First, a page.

Nurdles are tiny pieces of plastic, about the size of a lentil. As the main raw material in the plastics industry, you’ll find nurdles in everything from plastic bottles and bags, to packaging, car components and keyboards. But disastrously, you’ll also find them in our rivers and seas – billions and billions of them.
Because nurdles are so small and light, they easily escape at multiple points along the plastic supply chain, during transportation, storage and manufacture. Once free, these tiny plastic pellets quickly end up in watercourses on their way to the big blue.
Nurdles are a type of microplastic. Over time, they degrade into smaller and smaller pieces of plastic – they never really go away. Because of their size, all kinds of marine life (large and small) end up ingesting them. Eating plastic is never a good idea, but microplastics are particularly bad because they absorb pollutants like DDT and PCBs which magnify to highly toxic levels. When a fish eats a nurdle, it’s eating dangerous chemicals. Which means, when we eat fish, we’re eating those toxic chemicals too.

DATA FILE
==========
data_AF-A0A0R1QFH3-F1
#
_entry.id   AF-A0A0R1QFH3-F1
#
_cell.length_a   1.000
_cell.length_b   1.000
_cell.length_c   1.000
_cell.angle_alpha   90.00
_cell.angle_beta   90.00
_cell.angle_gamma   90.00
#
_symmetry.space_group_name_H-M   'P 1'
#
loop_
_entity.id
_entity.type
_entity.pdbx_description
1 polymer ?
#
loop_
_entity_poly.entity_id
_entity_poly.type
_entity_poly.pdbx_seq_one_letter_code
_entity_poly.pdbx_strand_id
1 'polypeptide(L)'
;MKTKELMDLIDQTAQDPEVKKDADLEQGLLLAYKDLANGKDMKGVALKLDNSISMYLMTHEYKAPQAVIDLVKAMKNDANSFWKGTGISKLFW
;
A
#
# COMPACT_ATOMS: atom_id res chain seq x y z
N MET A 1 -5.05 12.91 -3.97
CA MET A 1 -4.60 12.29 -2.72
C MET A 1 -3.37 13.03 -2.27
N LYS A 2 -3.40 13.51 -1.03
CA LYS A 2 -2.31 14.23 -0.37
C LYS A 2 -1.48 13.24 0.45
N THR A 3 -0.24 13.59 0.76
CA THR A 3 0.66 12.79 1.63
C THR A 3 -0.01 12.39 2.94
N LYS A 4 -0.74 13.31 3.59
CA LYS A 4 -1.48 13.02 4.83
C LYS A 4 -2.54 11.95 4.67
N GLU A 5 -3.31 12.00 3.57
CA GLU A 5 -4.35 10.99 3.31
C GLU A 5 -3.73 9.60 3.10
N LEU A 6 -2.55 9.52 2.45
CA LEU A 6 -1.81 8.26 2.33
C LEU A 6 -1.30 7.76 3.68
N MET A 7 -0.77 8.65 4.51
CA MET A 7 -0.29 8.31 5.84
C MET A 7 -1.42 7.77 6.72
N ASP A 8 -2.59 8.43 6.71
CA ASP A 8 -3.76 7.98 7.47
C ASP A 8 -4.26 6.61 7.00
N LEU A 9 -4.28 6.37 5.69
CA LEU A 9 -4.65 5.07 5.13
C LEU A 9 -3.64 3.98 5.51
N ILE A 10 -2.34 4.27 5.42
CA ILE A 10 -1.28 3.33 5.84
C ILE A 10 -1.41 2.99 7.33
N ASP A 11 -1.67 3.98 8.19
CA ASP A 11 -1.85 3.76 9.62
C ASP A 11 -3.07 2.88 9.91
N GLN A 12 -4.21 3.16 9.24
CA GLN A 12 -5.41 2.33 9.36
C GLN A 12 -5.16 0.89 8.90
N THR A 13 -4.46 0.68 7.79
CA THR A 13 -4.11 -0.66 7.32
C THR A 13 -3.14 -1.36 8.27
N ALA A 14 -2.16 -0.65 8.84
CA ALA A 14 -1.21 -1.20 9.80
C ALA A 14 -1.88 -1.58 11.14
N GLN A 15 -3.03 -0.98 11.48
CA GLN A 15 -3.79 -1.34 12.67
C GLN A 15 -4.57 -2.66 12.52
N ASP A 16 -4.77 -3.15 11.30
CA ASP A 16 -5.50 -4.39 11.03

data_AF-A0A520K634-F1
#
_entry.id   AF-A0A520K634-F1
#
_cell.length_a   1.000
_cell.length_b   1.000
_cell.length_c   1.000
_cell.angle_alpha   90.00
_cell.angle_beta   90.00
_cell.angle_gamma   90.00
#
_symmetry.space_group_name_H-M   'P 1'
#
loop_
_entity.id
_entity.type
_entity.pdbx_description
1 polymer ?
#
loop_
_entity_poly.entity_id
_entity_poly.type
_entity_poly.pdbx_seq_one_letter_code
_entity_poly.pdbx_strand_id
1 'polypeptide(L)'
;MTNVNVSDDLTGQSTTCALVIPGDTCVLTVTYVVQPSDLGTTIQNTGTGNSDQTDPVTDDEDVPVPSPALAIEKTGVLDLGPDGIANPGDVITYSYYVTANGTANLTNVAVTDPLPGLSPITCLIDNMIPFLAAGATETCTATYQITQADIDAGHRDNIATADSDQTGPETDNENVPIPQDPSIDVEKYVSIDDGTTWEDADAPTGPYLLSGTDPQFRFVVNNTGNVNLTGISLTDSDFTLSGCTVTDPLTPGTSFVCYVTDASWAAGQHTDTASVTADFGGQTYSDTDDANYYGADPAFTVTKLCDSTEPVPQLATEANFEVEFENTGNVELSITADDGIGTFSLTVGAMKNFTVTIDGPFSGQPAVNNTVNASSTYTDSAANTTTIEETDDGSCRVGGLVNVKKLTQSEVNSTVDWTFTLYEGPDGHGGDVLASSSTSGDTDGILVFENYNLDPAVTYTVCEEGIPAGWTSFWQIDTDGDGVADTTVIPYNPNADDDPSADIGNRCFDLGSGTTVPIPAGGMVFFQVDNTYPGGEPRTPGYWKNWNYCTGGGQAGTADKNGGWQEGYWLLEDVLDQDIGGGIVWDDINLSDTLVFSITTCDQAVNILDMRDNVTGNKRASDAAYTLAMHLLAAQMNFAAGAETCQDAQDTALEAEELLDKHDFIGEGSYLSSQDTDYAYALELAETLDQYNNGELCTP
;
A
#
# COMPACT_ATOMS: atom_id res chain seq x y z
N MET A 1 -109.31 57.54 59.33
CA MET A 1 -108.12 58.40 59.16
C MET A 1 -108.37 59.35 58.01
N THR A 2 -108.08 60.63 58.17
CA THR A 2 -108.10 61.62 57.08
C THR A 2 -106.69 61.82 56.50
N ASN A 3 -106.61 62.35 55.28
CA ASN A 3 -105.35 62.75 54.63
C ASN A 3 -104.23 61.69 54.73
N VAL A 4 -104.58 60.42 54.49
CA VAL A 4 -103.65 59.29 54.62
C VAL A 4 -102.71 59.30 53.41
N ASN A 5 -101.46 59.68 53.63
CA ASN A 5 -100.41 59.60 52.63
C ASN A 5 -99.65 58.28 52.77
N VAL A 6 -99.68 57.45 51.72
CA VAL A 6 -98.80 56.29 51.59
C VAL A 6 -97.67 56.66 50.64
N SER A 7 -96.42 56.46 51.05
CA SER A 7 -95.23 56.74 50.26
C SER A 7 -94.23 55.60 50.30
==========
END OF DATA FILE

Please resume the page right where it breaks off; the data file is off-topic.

Nurdles have become one of the most prolific items of beach and ocean pollution. We’ve found them everywhere from the arctic to the equator, from rivers to lakes, soils to sediments, surface waters, the deep sea and sea ice. Removing them from the environment is incredibly hard, but the good news is there are excellent opportunities to prevent them getting into nature in the first place.
Common Seas is one of a growing group of organisations that are alarmed by the scale of microplastic pollution and are working to reduce it. For example, through Plastic Drawdown, we are helping governments identify, prioritise and implement the portfolio of policies that will most effectively reduce the flow of plastics into the ocean.
When it comes to nurdles, we are building on Operation Clean Sweep (an existing industry-led initiative) to introduce new, strictly enforced regulations across the plastic supply chain. By regulating the transport, storage and manufacture of these pellets (and conducting regular audits to identify and correct any mismanagement), and by enforcing best practice regulations to clean up any pellet spills, we can massively reduce the amount of microplastics entering our seas.